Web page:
3. Diversity ensures better customer service. Because a diverse team is likely more reflective of your customer base, your product, your marketing, and your service delivery will be more relatable to your audience. From a customer interaction perspective, employee diversity gives you more options to align the right staff personalities with the right customers and partners, helping you develop deeper understanding of their needs to serve them better.
Infusing diversity and inclusion into the workplace is a necessity for business success in today’s competitive market. Faced with a looming talent shortage, companies must make every effort to create the most attractive corporate culture in which employees of every perspective and persuasion feel welcome and valued. By designing diversity initiatives with these three critical factors in mind, your organization can inspire leaders at all levels to consider diversity in their hiring, placement, and promotion strategies.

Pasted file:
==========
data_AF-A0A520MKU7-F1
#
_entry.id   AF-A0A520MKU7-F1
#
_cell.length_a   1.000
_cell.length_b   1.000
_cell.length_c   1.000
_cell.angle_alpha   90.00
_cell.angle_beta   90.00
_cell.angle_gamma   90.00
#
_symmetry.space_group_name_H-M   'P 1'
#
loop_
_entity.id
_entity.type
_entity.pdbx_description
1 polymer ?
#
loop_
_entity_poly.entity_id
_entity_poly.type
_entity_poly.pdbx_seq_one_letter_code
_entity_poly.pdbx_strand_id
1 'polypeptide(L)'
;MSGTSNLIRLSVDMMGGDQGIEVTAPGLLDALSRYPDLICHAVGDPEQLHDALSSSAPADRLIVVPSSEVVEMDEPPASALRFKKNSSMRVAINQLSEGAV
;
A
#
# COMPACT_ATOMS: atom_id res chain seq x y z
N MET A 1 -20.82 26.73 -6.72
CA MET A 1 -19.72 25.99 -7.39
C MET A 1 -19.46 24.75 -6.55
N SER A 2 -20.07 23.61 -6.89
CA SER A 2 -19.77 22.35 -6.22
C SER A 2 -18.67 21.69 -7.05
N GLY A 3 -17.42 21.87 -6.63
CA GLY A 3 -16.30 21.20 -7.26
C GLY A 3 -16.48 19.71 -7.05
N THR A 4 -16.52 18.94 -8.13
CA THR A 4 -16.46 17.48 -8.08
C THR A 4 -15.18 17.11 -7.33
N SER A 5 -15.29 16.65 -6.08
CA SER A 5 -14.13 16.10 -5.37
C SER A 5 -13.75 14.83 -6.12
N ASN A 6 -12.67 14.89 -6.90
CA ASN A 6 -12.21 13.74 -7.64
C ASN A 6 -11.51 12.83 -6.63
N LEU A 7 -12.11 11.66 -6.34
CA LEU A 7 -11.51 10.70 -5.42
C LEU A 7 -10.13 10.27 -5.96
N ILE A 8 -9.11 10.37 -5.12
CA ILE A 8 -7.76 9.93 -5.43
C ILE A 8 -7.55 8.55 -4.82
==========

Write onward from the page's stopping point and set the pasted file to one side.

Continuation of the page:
Dori Salisbury is SVP of Customer Success at Compeat, where she oversees all customer success-related activities such as customer service, implementation, training, and account management. She has more than 25 years of experience building and leading customer success organizations through periods of rapid growth, is uniquely poised to ensure Compeat customers receive the best support in the industry, and has a proven track record of implementing process improvements, increasing customer satisfaction and delivering customer value. Salisbury holds a Bachelor’s degree in Management Information System from Bowling Green State University. Compeat offers all-in-one restaurant management software for the restaurant industry. With more than 34 years of industry experience, it provides integrated accounting, back-office, workforce, and business intelligences solutions designed to improve profitability of restaurant operators nationwide. Compeat’s product portfolio includes Hire, Labor Management and Compliance, Schedule, Payroll, Accounting, Inventory, Recipes, Prep and Ordering, Logbook, Event Management, Intelligence, Manager and Employee Mobile Apps, and third-party integrations including more than 70 point-of-sale partners.